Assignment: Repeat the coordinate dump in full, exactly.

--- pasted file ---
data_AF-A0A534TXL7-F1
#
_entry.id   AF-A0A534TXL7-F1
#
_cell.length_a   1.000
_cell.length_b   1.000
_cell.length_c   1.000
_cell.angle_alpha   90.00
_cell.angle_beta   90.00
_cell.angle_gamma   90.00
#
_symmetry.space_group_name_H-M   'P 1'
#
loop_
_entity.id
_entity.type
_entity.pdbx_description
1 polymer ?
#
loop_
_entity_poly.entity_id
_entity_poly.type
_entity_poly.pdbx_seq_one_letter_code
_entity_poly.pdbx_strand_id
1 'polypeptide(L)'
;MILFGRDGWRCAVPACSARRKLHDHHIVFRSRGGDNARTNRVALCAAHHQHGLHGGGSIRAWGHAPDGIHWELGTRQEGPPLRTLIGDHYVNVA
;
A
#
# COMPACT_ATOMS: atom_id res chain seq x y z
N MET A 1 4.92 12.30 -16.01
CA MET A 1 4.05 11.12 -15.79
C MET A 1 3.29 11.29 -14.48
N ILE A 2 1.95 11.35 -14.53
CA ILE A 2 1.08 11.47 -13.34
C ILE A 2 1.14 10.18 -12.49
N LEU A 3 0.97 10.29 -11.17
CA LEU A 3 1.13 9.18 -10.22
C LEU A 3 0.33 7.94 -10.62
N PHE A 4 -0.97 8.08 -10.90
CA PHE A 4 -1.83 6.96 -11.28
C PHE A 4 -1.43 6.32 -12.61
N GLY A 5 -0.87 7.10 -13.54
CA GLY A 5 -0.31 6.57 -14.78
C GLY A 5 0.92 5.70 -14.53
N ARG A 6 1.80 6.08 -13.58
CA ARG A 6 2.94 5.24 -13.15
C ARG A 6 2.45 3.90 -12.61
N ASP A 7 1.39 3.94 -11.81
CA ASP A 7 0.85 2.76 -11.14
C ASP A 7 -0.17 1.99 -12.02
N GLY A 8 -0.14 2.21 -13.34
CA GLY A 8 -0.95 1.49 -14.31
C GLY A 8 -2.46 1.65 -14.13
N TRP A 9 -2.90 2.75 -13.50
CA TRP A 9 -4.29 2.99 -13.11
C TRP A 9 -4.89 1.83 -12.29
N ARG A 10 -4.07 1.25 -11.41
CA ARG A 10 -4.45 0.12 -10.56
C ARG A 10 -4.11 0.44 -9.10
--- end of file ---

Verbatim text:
data_AF-A0A534TXL7-F1
#
_entry.id   AF-A0A534TXL7-F1
#
_cell.length_a   1.000
_cell.length_b   1.000
_cell.length_c   1.000
_cell.angle_alpha   90.00
_cell.angle_beta   90.00
_cell.angle_gamma   90.00
#
_symmetry.space_group_name_H-M   'P 1'
#
loop_
_entity.id
_entity.type
_entity.pdbx_description
1 polymer ?
#
loop_
_entity_poly.entity_id
_entity_poly.type
_entity_poly.pdbx_seq_one_letter_code
_entity_poly.pdbx_strand_id
1 'polypeptide(L)'
;MILFGRDGWRCAVPACSARRKLHDHHIVFRSRGGDNARTNRVALCAAHHQHGLHGGGSIRAWGHAPDGIHWELGTRQEGPPLRTLIGDHYVNVA
;
A
#
# COMPACT_ATOMS: atom_id res chain seq x y z
N MET A 1 4.92 12.30 -16.01
CA MET A 1 4.05 11.12 -15.79
C MET A 1 3.29 11.29 -14.48
N ILE A 2 1.95 11.35 -14.53
CA ILE A 2 1.08 11.47 -13.34
C ILE A 2 1.14 10.18 -12.49
N LEU A 3 0.97 10.29 -11.17
CA LEU A 3 1.13 9.18 -10.22
C LEU A 3 0.33 7.94 -10.62
N PHE A 4 -0.97 8.08 -10.90
CA PHE A 4 -1.83 6.96 -11.28
C PHE A 4 -1.43 6.32 -12.61
N GLY A 5 -0.87 7.10 -13.54
CA GLY A 5 -0.31 6.57 -14.78
C GLY A 5 0.92 5.70 -14.53
N ARG A 6 1.80 6.08 -13.58
CA ARG A 6 2.94 5.24 -13.15
C ARG A 6 2.45 3.90 -12.61
N ASP A 7 1.39 3.94 -11.81
CA ASP A 7 0.85 2.76 -11.14
C ASP A 7 -0.17 1.99 -12.02
N GLY A 8 -0.14 2.21 -13.34
CA GLY A 8 -0.95 1.49 -14.31
C GLY A 8 -2.46 1.65 -14.13
N TRP A 9 -2.90 2.75 -13.50
CA TRP A 9 -4.29 2.99 -13.11
C TRP A 9 -4.89 1.83 -12.29
N ARG A 10 -4.07 1.25 -11.41
CA ARG A 10 -4.45 0.12 -10.56
C ARG A 10 -4.11 0.44 -9.10